By John O'Leary. This was originally posted on JohnOLearyInspires.com. When John O'Leary was 9 years old, he suffered burns over 100% of his body and was expected to die. He is now an inspirational speaker and bestselling author, teaching more than 50,000 people around the world each year how to live inspired. John's first book, ON FIRE: The 7 Choices to Ignite a Radically Inspired Life was published March 15, 2016. John is a contributing writer for Huff Post and Parade.com. John is a proud husband and father of four and resides in St. Louis, MO. Order John’s book today anywhere books are sold.
While traveling for work through the UK years ago, I was introduced to the story of a man who is absolute proof that one person can change the world.
Here’s his story.
In 1938 Nicholas Winton was a 28-year stockbroker living in London. He planned to trade the gloomy rain of England for the glorious mountains of Switzerland for a holiday ski trip. A phone call from a friend changed his plans. And his life.
Martin Blake told him to forget the skis and come instead to Prague. They had something far more important to do.
With Europe tipping toward total war, the men anticipated the plight of Jewish children in Czechoslovakia.
A shining example of how one person can change the world came at the dawn of the Holocaust, when a man skipped vacation to personally save 100s of children.
Winton, working tirelessly, created a plan to send Jewish children in Czechoslovakia whose families feared potential Nazi occupation to England. Winton secured documentation, gathered resources, purchased train tickets and recruited families that would greet and raise the children in England.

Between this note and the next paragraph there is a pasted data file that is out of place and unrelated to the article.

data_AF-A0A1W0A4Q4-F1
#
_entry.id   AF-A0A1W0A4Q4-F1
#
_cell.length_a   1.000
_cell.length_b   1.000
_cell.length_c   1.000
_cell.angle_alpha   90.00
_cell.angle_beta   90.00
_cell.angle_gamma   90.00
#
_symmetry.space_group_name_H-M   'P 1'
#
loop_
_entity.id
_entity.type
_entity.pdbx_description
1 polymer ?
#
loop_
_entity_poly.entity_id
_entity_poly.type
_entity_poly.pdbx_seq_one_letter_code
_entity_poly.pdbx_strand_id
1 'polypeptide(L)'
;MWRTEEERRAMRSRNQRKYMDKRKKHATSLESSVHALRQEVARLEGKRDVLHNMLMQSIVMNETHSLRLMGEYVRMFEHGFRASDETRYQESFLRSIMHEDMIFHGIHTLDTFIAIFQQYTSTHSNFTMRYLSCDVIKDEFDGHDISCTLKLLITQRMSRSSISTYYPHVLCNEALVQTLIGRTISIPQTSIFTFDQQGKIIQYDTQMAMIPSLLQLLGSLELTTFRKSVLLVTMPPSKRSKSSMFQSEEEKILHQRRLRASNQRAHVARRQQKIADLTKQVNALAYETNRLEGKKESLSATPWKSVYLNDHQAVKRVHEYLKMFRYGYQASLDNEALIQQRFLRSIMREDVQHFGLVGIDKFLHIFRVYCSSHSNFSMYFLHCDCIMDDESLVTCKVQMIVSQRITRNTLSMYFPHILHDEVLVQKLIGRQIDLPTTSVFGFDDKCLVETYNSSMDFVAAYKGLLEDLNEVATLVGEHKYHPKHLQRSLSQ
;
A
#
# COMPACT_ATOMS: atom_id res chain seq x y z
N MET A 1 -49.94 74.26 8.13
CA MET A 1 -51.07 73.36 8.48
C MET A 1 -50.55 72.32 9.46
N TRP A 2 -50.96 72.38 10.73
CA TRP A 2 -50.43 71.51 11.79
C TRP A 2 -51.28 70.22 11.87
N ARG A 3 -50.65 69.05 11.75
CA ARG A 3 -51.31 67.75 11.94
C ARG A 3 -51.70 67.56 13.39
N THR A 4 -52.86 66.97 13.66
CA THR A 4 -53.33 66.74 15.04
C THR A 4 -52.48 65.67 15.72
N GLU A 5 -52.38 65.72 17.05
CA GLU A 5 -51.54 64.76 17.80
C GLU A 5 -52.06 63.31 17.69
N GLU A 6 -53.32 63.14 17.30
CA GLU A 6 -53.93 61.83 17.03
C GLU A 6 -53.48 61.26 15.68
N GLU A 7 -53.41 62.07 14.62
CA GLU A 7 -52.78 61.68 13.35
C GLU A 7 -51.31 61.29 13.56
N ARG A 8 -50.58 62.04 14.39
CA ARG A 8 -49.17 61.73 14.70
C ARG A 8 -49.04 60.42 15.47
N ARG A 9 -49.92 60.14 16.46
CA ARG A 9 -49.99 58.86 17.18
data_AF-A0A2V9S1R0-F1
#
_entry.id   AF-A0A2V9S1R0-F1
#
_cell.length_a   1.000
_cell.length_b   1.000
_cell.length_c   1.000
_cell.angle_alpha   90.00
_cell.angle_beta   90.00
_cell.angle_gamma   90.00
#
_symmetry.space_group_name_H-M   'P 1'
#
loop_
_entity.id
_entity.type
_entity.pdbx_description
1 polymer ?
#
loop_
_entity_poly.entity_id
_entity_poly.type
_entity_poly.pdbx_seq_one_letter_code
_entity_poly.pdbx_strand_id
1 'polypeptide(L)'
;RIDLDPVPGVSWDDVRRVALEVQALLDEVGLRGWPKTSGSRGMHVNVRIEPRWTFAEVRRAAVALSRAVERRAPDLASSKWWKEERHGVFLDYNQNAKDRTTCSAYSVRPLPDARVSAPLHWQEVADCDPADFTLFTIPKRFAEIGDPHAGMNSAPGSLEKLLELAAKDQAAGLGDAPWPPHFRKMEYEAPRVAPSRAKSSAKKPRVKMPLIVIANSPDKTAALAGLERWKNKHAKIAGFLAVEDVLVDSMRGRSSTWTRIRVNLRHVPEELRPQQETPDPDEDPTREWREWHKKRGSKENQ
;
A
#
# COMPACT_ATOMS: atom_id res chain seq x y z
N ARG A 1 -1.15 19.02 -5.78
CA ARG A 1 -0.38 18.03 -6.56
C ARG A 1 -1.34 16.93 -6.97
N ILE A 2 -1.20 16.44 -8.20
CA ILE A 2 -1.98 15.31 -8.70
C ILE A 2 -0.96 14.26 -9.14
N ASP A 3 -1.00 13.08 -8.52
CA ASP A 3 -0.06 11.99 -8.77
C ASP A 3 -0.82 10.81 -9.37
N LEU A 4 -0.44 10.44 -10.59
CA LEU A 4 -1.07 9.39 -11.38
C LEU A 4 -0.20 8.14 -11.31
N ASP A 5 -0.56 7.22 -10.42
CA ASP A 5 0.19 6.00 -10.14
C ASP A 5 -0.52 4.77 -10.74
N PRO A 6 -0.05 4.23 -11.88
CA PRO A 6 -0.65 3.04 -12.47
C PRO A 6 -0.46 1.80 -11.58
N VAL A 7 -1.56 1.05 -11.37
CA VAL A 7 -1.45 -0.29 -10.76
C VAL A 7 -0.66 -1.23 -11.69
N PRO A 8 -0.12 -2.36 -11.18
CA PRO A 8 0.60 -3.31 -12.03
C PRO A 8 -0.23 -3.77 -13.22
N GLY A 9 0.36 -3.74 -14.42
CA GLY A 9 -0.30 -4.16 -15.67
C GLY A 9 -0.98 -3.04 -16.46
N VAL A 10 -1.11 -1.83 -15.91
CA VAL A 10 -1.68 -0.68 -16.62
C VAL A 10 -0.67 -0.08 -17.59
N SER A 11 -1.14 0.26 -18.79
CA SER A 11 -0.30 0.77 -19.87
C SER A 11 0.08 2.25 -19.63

Before the Nazis made traveling out of the country impossible, Winton filled seven trainloads of children transported safely to freedom. He saved these children’s lives.
And yet, he never told anyone what he did. Not even his wife.
Five decades later, in 1988, his wife stumbled upon an old ledger with names in it. She asked Nicholas what it was, and he explained what he did in 1938 and 1939. He just wished he had done more.
After news of this story broke in a local paper, Winton was asked to share his story with the BBC. With cameras rolling and a live audience, the host was clearly moved by Winton’s actions and humility. As the interview concluded, he asked one final question, “Is anyone in the audience a child that Nicholas personally saved from certain death?”
A woman stood, wiping her eyes.
And then a man stood.
Next, a group.
Until the entire audience was standing.
Winton stopped looking around at the audience, put his head down, and wept.
You can change the world, starting with yours.
My friends, while others turned their backs, felt indifference or were simply paralyzed with fear, Winton took accountability, accepted risks and rescued children. In all, he directly saved 669 lives through his bravery and selfless actions.
Some of the children gave him a ring to show their gratitude. It is inscribed with six simple words from the Talmud: “Save one life. Save the world.”
So, can we actually save, change or fundamentally improve the world?
Well, it may not be trainloads of children we save. We may not end up on BBC for our valor. We may never be Knighted by Queen Elizabeth or receive the highest honor from the Czech Republic.
But undoubtably, small acts of kindness, done in love, can have mighty ripple effects. We’ve all experienced that healing power in our own lives.
In a marketplace that often feels divided, isolated, and hopeless, we’re called to be that example to others in their lives.
This is your day. Live Inspired.
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